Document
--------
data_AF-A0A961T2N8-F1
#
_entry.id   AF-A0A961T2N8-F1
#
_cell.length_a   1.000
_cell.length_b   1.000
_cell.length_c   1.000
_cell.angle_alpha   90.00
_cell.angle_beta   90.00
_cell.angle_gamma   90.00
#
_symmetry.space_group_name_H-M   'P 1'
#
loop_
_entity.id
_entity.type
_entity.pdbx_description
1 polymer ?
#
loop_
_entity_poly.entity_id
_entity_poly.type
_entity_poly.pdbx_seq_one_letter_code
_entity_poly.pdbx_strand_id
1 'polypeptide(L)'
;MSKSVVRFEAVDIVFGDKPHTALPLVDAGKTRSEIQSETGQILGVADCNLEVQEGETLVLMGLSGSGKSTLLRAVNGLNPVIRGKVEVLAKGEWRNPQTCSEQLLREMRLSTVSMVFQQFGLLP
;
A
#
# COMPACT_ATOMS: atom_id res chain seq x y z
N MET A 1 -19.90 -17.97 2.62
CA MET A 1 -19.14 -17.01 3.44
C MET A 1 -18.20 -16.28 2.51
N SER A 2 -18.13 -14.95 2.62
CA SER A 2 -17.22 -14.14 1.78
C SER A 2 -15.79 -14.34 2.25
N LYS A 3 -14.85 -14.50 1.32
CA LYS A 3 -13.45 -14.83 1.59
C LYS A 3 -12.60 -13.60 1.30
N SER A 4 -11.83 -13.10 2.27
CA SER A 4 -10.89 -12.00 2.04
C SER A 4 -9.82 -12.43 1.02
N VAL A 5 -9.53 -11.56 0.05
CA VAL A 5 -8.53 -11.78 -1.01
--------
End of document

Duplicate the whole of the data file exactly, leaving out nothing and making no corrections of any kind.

data_AF-A0A961T2N8-F1
#
_entry.id   AF-A0A961T2N8-F1
#
_cell.length_a   1.000
_cell.length_b   1.000
_cell.length_c   1.000
_cell.angle_alpha   90.00
_cell.angle_beta   90.00
_cell.angle_gamma   90.00
#
_symmetry.space_group_name_H-M   'P 1'
#
loop_
_entity.id
_entity.type
_entity.pdbx_description
1 polymer ?
#
loop_
_entity_poly.entity_id
_entity_poly.type
_entity_poly.pdbx_seq_one_letter_code
_entity_poly.pdbx_strand_id
1 'polypeptide(L)'
;MSKSVVRFEAVDIVFGDKPHTALPLVDAGKTRSEIQSETGQILGVADCNLEVQEGETLVLMGLSGSGKSTLLRAVNGLNPVIRGKVEVLAKGEWRNPQTCSEQLLREMRLSTVSMVFQQFGLLP
;
A
#
# COMPACT_ATOMS: atom_id res chain seq x y z
N MET A 1 -19.90 -17.97 2.62
CA MET A 1 -19.14 -17.01 3.44
C MET A 1 -18.20 -16.28 2.51
N SER A 2 -18.13 -14.95 2.62
CA SER A 2 -17.22 -14.14 1.78
C SER A 2 -15.79 -14.34 2.25
N LYS A 3 -14.85 -14.50 1.32
CA LYS A 3 -13.45 -14.83 1.59
C LYS A 3 -12.60 -13.60 1.30
N SER A 4 -11.83 -13.10 2.27
CA SER A 4 -10.89 -12.00 2.04
C SER A 4 -9.82 -12.43 1.02
N VAL A 5 -9.53 -11.56 0.05
CA VAL A 5 -8.53 -11.78 -1.01